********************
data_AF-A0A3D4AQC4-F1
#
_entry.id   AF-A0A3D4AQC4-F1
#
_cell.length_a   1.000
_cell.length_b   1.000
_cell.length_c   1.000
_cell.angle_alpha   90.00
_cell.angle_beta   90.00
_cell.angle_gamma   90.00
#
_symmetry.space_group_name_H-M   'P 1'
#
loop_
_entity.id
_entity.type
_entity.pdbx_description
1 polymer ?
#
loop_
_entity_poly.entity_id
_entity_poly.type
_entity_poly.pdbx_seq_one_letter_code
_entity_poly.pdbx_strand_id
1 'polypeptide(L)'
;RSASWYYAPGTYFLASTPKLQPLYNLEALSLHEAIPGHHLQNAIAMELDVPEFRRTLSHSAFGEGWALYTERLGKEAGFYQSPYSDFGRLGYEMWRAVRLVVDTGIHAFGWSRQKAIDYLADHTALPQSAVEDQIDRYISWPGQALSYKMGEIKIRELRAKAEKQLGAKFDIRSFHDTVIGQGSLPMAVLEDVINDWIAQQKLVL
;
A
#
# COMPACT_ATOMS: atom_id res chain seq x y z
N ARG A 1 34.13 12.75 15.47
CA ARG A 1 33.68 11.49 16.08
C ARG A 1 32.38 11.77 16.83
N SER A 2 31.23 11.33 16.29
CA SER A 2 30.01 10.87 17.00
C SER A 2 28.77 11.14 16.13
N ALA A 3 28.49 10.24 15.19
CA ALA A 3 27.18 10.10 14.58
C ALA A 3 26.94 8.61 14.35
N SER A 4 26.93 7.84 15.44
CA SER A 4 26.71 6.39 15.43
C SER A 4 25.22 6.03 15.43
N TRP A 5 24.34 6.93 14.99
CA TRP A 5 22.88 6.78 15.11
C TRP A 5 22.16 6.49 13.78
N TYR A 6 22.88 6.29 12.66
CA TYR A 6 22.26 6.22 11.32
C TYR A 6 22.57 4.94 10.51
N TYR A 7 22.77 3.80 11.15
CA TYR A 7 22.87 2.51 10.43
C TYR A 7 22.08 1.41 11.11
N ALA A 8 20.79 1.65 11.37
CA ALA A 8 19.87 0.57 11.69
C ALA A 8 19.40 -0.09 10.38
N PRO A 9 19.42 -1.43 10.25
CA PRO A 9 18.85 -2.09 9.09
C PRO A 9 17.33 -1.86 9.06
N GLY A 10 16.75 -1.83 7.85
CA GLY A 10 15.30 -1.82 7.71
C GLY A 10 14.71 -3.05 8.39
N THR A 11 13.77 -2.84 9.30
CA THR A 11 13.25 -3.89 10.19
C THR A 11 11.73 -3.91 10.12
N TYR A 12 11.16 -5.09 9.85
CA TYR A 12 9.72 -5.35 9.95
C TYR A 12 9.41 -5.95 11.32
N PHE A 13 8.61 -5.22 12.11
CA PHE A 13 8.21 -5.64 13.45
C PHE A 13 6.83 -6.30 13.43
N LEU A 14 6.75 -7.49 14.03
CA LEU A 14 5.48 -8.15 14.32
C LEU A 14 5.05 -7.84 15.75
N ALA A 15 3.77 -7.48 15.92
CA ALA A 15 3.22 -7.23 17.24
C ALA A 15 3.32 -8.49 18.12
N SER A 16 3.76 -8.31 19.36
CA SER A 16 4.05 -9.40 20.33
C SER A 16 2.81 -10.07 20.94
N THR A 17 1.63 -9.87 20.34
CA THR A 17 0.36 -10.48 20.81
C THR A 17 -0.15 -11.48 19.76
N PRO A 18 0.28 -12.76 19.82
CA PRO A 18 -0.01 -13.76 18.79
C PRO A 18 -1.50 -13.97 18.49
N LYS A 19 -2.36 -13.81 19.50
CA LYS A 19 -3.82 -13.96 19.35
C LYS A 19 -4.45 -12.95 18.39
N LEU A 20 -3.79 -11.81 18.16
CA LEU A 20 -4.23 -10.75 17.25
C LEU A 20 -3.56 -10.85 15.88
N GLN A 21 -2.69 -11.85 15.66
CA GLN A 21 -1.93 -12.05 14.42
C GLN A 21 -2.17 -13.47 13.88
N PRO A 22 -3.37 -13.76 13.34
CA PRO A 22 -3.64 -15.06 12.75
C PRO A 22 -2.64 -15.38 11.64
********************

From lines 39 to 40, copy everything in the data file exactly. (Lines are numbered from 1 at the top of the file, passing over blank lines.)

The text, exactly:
C ALA A 3 26.94 8.61 14.35
N SER A 4 26.93 7.84 15.44